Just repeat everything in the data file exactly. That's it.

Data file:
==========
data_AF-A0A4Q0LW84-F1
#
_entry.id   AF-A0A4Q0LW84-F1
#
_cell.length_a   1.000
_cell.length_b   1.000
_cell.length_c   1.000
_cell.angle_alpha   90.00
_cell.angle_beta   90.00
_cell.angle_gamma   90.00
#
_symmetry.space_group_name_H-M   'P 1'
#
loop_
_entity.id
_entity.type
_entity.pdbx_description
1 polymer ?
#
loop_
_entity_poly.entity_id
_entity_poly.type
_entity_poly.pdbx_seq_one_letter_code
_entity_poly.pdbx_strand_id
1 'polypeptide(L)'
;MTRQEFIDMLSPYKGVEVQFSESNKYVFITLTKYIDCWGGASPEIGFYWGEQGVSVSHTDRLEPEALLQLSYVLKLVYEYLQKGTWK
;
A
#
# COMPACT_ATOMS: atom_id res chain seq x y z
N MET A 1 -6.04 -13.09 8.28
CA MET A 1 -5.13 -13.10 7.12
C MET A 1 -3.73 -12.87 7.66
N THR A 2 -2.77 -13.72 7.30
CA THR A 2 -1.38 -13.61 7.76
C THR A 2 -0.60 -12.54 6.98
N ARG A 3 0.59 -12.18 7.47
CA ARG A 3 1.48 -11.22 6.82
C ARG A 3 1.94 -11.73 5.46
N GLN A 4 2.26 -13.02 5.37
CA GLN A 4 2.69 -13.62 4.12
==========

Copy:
data_AF-A0A4Q0LW84-F1
#
_entry.id   AF-A0A4Q0LW84-F1
#
_cell.length_a   1.000
_cell.length_b   1.000
_cell.length_c   1.000
_cell.angle_alpha   90.00
_cell.angle_beta   90.00
_cell.angle_gamma   90.00
#
_symmetry.space_group_name_H-M   'P 1'
#
loop_
_entity.id
_entity.type
_entity.pdbx_description
1 polymer ?
#
loop_
_entity_poly.entity_id
_entity_poly.type
_entity_poly.pdbx_seq_one_letter_code
_entity_poly.pdbx_strand_id
1 'polypeptide(L)'
;MTRQEFIDMLSPYKGVEVQFSESNKYVFITLTKYIDCWGGASPEIGFYWGEQGVSVSHTDRLEPEALLQLSYVLKLVYEYLQKGTWK
;
A
#
# COMPACT_ATOMS: atom_id res chain seq x y z
N MET A 1 -6.04 -13.09 8.28
CA MET A 1 -5.13 -13.10 7.12
C MET A 1 -3.73 -12.87 7.66
N THR A 2 -2.77 -13.72 7.30
CA THR A 2 -1.38 -13.61 7.76
C THR A 2 -0.60 -12.54 6.98
N ARG A 3 0.59 -12.18 7.47
CA ARG A 3 1.48 -11.22 6.82
C ARG A 3 1.94 -11.73 5.46
N GLN A 4 2.26 -13.02 5.37
CA GLN A 4 2.69 -13.62 4.12